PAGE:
It sucks. Like seriously sucks. But, it’s not the end of the world, right? For a little bit, it felt like the end of the world. For a little bit, I didn’t want to ever submit my art to shows again. For a moment, I felt like a total failure. For a moment, I felt like everything I create is terrible and ugly. Thankfully, that moment passed. 

Setting certain expectations inevitably means there is a chance you’ll be disappointed. I definitely had some very specific expectations and they weren’t totally realistic. I’m a new artist (though not young) and there are going to be many shows I apply to that tell me no. 

Even as disappointing as this was, this whole process did teach me a lot. I learned just how much work is involved with submitting to a show: creating the art, photographing the art, creating a portfolio, and writing an artist statement. There was a lot of shit to do and I got it done. The sense of accomplishment alone was worth the process.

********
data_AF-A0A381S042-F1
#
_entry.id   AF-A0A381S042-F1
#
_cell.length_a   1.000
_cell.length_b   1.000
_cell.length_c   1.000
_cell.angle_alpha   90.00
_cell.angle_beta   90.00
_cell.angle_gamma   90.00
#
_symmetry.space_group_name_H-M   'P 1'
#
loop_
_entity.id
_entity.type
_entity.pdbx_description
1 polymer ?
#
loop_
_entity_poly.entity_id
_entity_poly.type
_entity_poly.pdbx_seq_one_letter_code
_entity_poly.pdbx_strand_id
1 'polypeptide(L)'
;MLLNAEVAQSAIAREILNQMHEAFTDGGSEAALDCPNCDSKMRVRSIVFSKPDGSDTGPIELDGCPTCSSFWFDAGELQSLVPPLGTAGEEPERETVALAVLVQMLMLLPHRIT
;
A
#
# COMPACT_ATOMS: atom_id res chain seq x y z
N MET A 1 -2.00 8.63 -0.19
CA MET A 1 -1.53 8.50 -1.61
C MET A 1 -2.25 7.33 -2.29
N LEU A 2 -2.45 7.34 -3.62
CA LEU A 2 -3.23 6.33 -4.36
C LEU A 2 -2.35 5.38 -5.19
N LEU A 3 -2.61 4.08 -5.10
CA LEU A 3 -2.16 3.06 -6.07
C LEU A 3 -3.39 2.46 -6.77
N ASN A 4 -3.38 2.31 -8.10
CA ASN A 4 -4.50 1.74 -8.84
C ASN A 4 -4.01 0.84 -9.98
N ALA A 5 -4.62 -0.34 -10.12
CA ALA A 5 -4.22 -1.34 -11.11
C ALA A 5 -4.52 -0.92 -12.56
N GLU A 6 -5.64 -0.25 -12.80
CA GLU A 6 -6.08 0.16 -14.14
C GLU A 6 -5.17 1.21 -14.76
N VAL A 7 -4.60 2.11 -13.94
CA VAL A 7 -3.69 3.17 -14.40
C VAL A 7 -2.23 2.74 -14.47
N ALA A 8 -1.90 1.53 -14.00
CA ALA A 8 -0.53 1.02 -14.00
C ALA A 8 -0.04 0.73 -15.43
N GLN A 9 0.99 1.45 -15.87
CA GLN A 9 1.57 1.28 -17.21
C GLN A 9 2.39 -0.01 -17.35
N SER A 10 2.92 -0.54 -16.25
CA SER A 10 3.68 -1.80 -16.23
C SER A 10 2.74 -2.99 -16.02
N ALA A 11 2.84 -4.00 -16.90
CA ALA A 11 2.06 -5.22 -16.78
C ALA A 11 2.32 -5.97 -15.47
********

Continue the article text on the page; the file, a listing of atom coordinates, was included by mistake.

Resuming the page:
This experience reminded me how important planning is. I had to figure out everything I needed to do before the submission date and then break it down into small, manageable pieces. 

This experience also reminded me brave and bold I can be. Submitting to a major art show for the first time at 42 is kind of big deal, espeally since I’ve only dabbled in art as an “amateur” up until now.  

Unfortunately, your work has not been selected for this particular exhibition.

I’ll try again.

1 Comment + Posted in: Art

We — me and the kids — struggle to get to school on time. We are the family of late slips. Well, we were … but not anymore. 

A few weeks ago we stated a new system and we aren’t chronically late anymore